Think of this as Volume 16, Number 41 of A-Clue.com, the online newsletter I've written since 1997. Enjoy.
You wouldn't have wanted to go there. We're talking no social safety net, people living in shantytowns, and starving. We're talking 32% unemployment at a time when women didn't work outside the home. We're talking social unrest and the almost-universal feeling that democracy was doomed (DOOMED!), that only the iron hand of the Left or the Right could save mankind from extinction. And then, of course, World War II.
Want to know what the 1930s were like? Look at Greece today. Greece was induced to follow the advice of the bankers, to practice extreme austerity in the face of impossible loan demands, and look what's happening. People are going hungry, and they're turning to a neo-Nazi party called the Golden Dawn for comfort. Not just as an electoral force, but as a social one, which is more ominous. Want to know where Hitler came from? Stuff like that.
Things could have easily gone that way for us, had John McCain been elected. What McCain was promising in the wake of a 1929-like crash was a great heaping helping of Hooverism. Instead we got the stimulus, we got some honest government, and while the problems aren't all fixed – too many bankers are still walking around loose – things are indeed getting better.
What we're left with is a situation more like the 1970s, something like stagflation. We're waiting for technology to create abundance while we're bouncing along the limits of scarcity. The scarcity today lies just where it did then, with fossil fuels. The answer then lay in a computing revolution that made our society much more efficient in its use of such fuels. The answer today lies in other technologies that will provide replacements for those fuels.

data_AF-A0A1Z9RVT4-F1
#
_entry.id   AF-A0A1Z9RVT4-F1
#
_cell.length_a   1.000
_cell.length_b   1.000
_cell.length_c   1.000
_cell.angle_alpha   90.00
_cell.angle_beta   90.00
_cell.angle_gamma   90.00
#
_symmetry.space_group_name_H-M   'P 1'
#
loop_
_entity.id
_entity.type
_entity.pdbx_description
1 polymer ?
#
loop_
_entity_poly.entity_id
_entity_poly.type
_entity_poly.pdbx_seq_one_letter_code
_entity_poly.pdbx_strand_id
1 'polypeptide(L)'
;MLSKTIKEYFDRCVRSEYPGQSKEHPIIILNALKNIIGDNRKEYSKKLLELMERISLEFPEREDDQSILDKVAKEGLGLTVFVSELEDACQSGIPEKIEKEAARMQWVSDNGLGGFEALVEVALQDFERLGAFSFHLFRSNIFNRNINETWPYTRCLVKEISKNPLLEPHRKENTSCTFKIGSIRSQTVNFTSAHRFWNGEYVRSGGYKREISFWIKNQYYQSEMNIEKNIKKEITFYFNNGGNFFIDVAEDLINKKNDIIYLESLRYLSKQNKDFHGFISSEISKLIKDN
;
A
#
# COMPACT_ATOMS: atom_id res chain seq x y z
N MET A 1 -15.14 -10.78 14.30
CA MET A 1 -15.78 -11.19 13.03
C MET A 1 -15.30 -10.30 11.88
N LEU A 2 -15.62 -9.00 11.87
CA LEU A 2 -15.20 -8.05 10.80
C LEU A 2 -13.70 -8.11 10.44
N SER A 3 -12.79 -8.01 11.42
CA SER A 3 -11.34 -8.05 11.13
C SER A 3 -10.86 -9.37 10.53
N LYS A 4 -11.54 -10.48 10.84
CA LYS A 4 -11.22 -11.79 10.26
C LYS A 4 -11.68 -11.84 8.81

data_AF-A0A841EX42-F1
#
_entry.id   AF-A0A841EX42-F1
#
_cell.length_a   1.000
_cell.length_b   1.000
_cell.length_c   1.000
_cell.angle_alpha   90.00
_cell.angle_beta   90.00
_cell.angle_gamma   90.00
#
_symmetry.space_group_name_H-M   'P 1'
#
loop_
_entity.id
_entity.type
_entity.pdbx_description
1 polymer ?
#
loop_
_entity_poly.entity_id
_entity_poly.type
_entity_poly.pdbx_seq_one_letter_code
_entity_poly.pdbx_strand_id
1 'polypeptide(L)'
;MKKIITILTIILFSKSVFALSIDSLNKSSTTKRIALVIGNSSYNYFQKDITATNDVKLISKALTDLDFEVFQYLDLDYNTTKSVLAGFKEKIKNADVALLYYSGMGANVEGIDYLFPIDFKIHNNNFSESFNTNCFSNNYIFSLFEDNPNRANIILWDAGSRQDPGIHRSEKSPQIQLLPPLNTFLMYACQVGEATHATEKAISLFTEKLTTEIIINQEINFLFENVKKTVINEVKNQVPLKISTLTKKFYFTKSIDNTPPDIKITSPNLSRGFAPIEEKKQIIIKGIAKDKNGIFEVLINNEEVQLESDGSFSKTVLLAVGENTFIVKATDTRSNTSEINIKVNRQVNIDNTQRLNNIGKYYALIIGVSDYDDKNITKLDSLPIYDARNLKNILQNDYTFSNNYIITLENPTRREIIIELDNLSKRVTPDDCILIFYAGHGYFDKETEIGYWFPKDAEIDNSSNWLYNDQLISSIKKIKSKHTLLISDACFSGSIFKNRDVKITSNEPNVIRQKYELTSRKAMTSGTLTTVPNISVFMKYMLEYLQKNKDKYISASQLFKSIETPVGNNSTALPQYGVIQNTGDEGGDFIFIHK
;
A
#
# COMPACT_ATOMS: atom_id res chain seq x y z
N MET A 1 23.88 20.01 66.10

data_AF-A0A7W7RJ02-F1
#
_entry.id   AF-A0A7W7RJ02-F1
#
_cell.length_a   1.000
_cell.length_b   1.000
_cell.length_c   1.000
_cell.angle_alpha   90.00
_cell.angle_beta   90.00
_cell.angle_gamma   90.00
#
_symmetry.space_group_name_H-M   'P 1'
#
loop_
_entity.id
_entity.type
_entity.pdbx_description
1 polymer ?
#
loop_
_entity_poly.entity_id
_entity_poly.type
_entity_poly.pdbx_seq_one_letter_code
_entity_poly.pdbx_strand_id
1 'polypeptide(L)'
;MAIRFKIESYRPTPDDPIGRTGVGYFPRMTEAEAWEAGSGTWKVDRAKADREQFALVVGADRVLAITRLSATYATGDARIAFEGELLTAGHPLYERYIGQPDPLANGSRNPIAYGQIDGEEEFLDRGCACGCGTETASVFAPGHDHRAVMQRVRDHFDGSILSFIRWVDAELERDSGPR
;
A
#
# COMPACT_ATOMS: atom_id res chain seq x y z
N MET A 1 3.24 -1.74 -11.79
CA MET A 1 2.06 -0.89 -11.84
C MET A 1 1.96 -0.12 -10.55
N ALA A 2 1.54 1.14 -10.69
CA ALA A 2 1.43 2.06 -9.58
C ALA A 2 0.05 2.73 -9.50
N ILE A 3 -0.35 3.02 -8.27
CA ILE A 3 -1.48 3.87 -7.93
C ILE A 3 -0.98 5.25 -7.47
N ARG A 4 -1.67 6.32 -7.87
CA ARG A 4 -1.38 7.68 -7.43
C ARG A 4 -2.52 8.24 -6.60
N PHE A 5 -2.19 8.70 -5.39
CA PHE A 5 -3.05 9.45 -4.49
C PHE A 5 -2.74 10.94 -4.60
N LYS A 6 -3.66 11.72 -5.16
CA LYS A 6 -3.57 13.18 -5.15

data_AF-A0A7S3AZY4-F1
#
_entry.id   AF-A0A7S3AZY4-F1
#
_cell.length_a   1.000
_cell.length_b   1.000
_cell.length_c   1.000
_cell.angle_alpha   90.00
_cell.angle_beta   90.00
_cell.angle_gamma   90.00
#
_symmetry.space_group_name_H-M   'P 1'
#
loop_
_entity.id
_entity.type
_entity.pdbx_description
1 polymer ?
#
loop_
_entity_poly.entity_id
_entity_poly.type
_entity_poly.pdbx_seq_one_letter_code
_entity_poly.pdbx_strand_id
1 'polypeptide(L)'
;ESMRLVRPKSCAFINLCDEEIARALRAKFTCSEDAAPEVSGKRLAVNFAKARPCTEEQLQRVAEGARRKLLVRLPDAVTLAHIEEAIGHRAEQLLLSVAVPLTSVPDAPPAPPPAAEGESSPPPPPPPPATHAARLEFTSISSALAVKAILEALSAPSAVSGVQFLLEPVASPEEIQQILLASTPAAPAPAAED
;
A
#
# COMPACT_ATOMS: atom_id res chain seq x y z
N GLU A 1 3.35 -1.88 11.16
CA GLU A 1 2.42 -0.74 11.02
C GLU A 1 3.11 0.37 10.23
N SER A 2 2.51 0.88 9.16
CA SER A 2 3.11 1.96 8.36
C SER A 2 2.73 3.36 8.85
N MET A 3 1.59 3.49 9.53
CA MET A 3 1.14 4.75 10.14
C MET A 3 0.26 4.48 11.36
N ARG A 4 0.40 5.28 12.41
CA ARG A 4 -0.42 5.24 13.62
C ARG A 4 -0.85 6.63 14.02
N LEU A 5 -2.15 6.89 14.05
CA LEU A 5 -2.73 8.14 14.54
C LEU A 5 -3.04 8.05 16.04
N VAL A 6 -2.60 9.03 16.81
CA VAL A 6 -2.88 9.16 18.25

The most important renewable technologies involve efficiency. Anything that saves energy puts money into your pocket, and puts a thumb down on energy costs. We don't even have to do much inventing, although better engines are coming, and that will be important. But just insulating every house and factory, something that takes no ingenuity at all, can make a profound difference. People riding bikes for short trips improves health as it cuts the most inefficient uses of your car. Urban density helps, shortening commutes. This is an ongoing process, it's why real estate is actually coming back in some areas. The upper middle class is moving from suburbs 20-30 miles away from work to condos inside cities, nearer college campuses. What they don't fix, they build.
But true abundance comes from changing how we power our world. Ultimately it comes from changing from a carbon energy cycle, which can't be sustained, to a hydrogen energy cycle that can be. The way to do that is with abundant electricity from the Sun, from the wind, and from biofeedstocks like algae. (I'm still waiting for big breakthroughs in geothermal energy, but we're well along on these other paths.)
The key figures here are $1 and 50 cents. If you can deliver a hydrocarbon fuel for $1/gallon, from algae, you can make a lot of money. If you can deliver a powerplant for the Sun or the wind that delivers at 50 cents/watt, you can make a lot of money.
More important, once you do those two things it's a simple matter of wash, rinse, repeat – it's all about scaling. Renewable technologies that can outperform fossil fuels in the market can do for today's economy what PCs did back in the day. They can usher in a new age of abundance, an economy more like that of the 1980s, when energy prices were on the run and it was truly morning in America.
It won't be exactly the same. It never is. This decade is different from the 1970s in many important ways. But most of those differences are good ones. I like having the Internet, and I like seeing other bicyclists on the road. I don't feel strange today like I did then. And my kids are closer to me than I was to my own parents, in many important ways. I've been very fortunate.
The point is my kids will be more fortunate. Because energy abundance is the future, and while that future holds immense challenges, abundance can meet them.